On any given Sunday morning, our pastor calls out names of those in the hospital and suffering from different diseases and disabilities. He goes on to pray for our hospital staff, emergency workers, law enforcement, etc.
Many times, I sit there and think about the broken hearted. How often do we stop to pray for the broken hearted? When do we take time to pray for the hidden pain?
Depression is lonely.
Depression can kill.
Depression can lead to withdrawal, self-injury, suicide. Depression is not a pity party. It’s an ache deep inside your heart. It’s tears unable to flow or unable to stop pouring. It’s a lump caught in your throat. It’s anxiety and fear. It an inability to focus. It’s missing out on the important things in life – not by choice, but because there are underlying issues that we’ve faced. It’s hard times and broken homes. It’s a lifetime of hurt and heartache. It’s loss after loss and mounds of life so heavy it feels we can’t carry it anymore.
Sure, it’s up to us as individuals to work on healing ourselves, no matter what our circumstances are but speaking from my own struggles, sometimes wanting to heal just isn’t enough. While I welcome prayer as much as the next person and I most certainly appreciate prayer, sometimes the feelings can be so overwhelmingly lonely that we need a friend. We need someone to break through the walls. Someone to share all the pain with. It’s a heavy load to bear and knowing that makes it all the more difficult to put on someone else but sometimes, just knowing another person cares means the world.
Unfortunately, many who face these dark times don’t ever get that chance. They don’t give themselves a chance to reach out to others because they feel shame, because they feel unworthy, because they don’t want pity, because they’ve heard too many times, “just get over it.”
Please take the time to ask how others are doing and even when they can’t find the words, let them know they aren’t alone.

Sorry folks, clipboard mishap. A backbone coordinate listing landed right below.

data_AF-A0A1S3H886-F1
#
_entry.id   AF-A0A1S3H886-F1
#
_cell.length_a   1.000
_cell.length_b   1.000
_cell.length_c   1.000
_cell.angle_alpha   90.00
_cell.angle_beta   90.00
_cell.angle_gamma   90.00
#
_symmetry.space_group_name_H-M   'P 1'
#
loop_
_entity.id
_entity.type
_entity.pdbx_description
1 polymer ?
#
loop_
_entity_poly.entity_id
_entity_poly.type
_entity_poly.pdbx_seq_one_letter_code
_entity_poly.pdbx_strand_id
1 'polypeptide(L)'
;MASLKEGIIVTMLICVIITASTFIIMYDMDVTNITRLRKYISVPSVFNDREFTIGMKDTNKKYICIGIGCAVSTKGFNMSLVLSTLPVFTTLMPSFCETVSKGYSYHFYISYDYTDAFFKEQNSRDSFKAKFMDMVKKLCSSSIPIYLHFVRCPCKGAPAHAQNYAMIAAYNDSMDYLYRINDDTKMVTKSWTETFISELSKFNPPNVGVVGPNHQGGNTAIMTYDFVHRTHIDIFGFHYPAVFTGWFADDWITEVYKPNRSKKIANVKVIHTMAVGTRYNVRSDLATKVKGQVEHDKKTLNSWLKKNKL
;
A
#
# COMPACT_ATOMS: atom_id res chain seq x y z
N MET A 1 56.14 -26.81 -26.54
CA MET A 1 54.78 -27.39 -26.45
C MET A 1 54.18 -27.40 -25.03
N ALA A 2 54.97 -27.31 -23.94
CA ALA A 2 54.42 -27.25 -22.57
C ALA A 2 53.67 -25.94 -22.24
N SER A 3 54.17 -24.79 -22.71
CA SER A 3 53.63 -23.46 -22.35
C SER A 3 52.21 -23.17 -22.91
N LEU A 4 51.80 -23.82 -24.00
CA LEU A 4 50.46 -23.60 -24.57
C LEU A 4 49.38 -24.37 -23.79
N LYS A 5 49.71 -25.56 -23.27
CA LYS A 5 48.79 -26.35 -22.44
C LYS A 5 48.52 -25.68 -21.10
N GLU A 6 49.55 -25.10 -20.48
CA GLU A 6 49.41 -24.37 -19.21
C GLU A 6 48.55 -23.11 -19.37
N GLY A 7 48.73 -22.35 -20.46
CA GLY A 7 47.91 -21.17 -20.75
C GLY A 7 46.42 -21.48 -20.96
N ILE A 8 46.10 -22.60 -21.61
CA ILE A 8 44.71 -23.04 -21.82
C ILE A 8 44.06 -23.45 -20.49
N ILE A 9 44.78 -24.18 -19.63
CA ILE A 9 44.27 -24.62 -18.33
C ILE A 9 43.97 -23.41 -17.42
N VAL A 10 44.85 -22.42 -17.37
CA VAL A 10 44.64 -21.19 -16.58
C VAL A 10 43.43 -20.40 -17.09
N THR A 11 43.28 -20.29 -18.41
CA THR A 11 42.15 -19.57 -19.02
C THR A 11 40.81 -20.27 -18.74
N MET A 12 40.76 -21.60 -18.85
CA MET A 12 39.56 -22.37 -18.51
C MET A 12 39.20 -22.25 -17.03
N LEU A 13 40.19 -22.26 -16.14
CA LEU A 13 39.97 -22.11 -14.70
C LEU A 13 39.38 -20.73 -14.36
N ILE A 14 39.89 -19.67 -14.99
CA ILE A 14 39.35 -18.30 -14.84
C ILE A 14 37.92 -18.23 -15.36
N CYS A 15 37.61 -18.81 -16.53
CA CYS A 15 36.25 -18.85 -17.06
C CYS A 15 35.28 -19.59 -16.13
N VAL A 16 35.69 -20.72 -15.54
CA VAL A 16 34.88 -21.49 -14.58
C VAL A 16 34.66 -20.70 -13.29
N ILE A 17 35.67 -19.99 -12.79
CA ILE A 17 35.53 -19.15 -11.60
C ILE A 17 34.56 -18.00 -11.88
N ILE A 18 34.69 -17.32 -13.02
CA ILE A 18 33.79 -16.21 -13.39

If you are someone who is struggling with depression, please, please know you are not alone. As I said above, over 120 million people in the world understand. There is help. There is hope. You may have to let down your walls and seek help for yourself, but you deserve it. Don’t let someone tell you your pain isn’t real or that you should be over it. Your pain is real and you deserve just as much love and concern as the next person.
Years ago, through my most difficult walk with depression, I had no hope. As I have grown closer in my walk with the Lord, I can assure you my head knows all the right things, I know the right verses to read and the right prayers to say. I know the right things to do and who to seek for help. It’s my heart that stumbles. I know the Lord will carry me through these times but the truth is, it doesn’t make it easy. Knowing that doesn’t make the pain disappear. That’s why it’s so important for us to encourage and embrace each other instead of dismissing someones pain as if they’re just wallowing in sorrow waiting for a pity party.
Matt Maher “Lord I Need You” – This song is very near and dear to me right now. Perhaps it’s just what you need to hear :)